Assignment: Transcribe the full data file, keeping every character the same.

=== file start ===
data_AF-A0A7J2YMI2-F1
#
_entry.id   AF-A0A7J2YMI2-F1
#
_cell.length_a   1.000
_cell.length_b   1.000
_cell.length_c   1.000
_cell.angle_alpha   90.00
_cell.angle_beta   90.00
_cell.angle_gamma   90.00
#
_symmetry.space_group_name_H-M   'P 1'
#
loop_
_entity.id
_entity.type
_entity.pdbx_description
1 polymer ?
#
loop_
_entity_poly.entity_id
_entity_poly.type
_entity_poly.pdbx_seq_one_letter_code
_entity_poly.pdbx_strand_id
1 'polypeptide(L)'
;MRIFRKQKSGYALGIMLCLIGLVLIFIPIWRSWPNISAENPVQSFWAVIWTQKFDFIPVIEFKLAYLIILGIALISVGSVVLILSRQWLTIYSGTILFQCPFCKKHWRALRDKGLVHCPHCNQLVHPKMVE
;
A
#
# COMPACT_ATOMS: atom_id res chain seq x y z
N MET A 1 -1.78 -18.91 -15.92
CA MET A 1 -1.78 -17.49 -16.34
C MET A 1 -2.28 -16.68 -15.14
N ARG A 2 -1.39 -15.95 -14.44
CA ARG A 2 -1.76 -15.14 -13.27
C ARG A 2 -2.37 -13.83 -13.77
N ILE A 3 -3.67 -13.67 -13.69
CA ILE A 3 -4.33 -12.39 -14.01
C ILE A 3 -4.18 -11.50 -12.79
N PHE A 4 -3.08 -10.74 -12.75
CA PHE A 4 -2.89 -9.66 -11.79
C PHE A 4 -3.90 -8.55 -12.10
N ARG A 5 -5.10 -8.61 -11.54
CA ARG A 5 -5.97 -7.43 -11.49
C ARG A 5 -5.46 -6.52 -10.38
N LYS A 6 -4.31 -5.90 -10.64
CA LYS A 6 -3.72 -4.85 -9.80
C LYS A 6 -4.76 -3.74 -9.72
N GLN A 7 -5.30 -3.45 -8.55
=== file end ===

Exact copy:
data_AF-A0A7J2YMI2-F1
#
_entry.id   AF-A0A7J2YMI2-F1
#
_cell.length_a   1.000
_cell.length_b   1.000
_cell.length_c   1.000
_cell.angle_alpha   90.00
_cell.angle_beta   90.00
_cell.angle_gamma   90.00
#
_symmetry.space_group_name_H-M   'P 1'
#
loop_
_entity.id
_entity.type
_entity.pdbx_description
1 polymer ?
#
loop_
_entity_poly.entity_id
_entity_poly.type
_entity_poly.pdbx_seq_one_letter_code
_entity_poly.pdbx_strand_id
1 'polypeptide(L)'
;MRIFRKQKSGYALGIMLCLIGLVLIFIPIWRSWPNISAENPVQSFWAVIWTQKFDFIPVIEFKLAYLIILGIALISVGSVVLILSRQWLTIYSGTILFQCPFCKKHWRALRDKGLVHCPHCNQLVHPKMVE
;
A
#
# COMPACT_ATOMS: atom_id res chain seq x y z
N MET A 1 -1.78 -18.91 -15.92
CA MET A 1 -1.78 -17.49 -16.34
C MET A 1 -2.28 -16.68 -15.14
N ARG A 2 -1.39 -15.95 -14.44
CA ARG A 2 -1.76 -15.14 -13.27
C ARG A 2 -2.37 -13.83 -13.77
N ILE A 3 -3.67 -13.67 -13.69
CA ILE A 3 -4.33 -12.39 -14.01
C ILE A 3 -4.18 -11.50 -12.79
N PHE A 4 -3.08 -10.74 -12.75
CA PHE A 4 -2.89 -9.66 -11.79
C PHE A 4 -3.90 -8.55 -12.10
N ARG A 5 -5.10 -8.61 -11.54
CA ARG A 5 -5.97 -7.43 -11.49
C ARG A 5 -5.46 -6.52 -10.38
N LYS A 6 -4.31 -5.90 -10.64
CA LYS A 6 -3.72 -4.85 -9.80
C LYS A 6 -4.76 -3.74 -9.72
N GLN A 7 -5.30 -3.45 -8.55